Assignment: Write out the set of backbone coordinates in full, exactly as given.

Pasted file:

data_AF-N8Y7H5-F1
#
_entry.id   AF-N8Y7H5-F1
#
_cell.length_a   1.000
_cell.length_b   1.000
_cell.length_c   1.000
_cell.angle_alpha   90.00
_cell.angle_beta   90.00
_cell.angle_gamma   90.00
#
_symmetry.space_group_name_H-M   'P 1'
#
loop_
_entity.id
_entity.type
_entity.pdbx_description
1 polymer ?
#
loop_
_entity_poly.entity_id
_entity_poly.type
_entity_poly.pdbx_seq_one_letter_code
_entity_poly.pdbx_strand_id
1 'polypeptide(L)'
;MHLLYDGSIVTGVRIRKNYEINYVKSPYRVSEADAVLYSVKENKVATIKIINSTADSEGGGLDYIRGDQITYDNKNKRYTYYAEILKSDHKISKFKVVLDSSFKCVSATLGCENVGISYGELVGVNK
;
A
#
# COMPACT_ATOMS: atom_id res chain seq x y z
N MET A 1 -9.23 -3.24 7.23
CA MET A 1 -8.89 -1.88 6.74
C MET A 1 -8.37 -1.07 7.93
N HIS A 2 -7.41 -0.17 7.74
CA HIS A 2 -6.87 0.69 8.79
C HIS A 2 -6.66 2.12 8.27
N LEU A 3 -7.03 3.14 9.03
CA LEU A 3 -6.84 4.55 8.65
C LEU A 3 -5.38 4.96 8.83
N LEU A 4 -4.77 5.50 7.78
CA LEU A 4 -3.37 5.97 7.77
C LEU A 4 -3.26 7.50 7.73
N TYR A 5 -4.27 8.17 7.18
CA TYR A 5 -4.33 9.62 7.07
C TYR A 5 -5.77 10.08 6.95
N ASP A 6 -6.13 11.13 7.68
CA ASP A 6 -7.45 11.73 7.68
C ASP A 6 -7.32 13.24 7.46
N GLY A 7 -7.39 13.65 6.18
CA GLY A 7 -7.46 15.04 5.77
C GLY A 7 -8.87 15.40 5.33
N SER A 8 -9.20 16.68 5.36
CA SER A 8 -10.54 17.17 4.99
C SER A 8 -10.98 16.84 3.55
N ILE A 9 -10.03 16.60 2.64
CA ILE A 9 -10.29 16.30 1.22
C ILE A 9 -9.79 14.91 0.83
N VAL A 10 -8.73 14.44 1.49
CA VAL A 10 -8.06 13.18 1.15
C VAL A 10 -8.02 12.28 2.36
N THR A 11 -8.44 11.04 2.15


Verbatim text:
data_AF-N8Y7H5-F1
#
_entry.id   AF-N8Y7H5-F1
#
_cell.length_a   1.000
_cell.length_b   1.000
_cell.length_c   1.000
_cell.angle_alpha   90.00
_cell.angle_beta   90.00
_cell.angle_gamma   90.00
#
_symmetry.space_group_name_H-M   'P 1'
#
loop_
_entity.id
_entity.type
_entity.pdbx_description
1 polymer ?
#
loop_
_entity_poly.entity_id
_entity_poly.type
_entity_poly.pdbx_seq_one_letter_code
_entity_poly.pdbx_strand_id
1 'polypeptide(L)'
;MHLLYDGSIVTGVRIRKNYEINYVKSPYRVSEADAVLYSVKENKVATIKIINSTADSEGGGLDYIRGDQITYDNKNKRYTYYAEILKSDHKISKFKVVLDSSFKCVSATLGCENVGISYGELVGVNK
;
A
#
# COMPACT_ATOMS: atom_id res chain seq x y z
N MET A 1 -9.23 -3.24 7.23
CA MET A 1 -8.89 -1.88 6.74
C MET A 1 -8.37 -1.07 7.93
N HIS A 2 -7.41 -0.17 7.74
CA HIS A 2 -6.87 0.69 8.79
C HIS A 2 -6.66 2.12 8.27
N LEU A 3 -7.03 3.14 9.03
CA LEU A 3 -6.84 4.55 8.65
C LEU A 3 -5.38 4.96 8.83
N LEU A 4 -4.77 5.50 7.78
CA LEU A 4 -3.37 5.97 7.77
C LEU A 4 -3.26 7.50 7.73
N TYR A 5 -4.27 8.17 7.18
CA TYR A 5 -4.33 9.62 7.07
C TYR A 5 -5.77 10.08 6.95
N ASP A 6 -6.13 11.13 7.68
CA ASP A 6 -7.45 11.73 7.68
C ASP A 6 -7.32 13.24 7.46
N GLY A 7 -7.39 13.65 6.18
CA GLY A 7 -7.46 15.04 5.77
C GLY A 7 -8.87 15.40 5.33
N SER A 8 -9.20 16.68 5.36
CA SER A 8 -10.54 17.17 4.99
C SER A 8 -10.98 16.84 3.55
N ILE A 9 -10.03 16.60 2.64
CA ILE A 9 -10.29 16.30 1.22
C ILE A 9 -9.79 14.91 0.83
N VAL A 10 -8.73 14.44 1.49
CA VAL A 10 -8.06 13.18 1.15
C VAL A 10 -8.02 12.28 2.36
N THR A 11 -8.44 11.04 2.15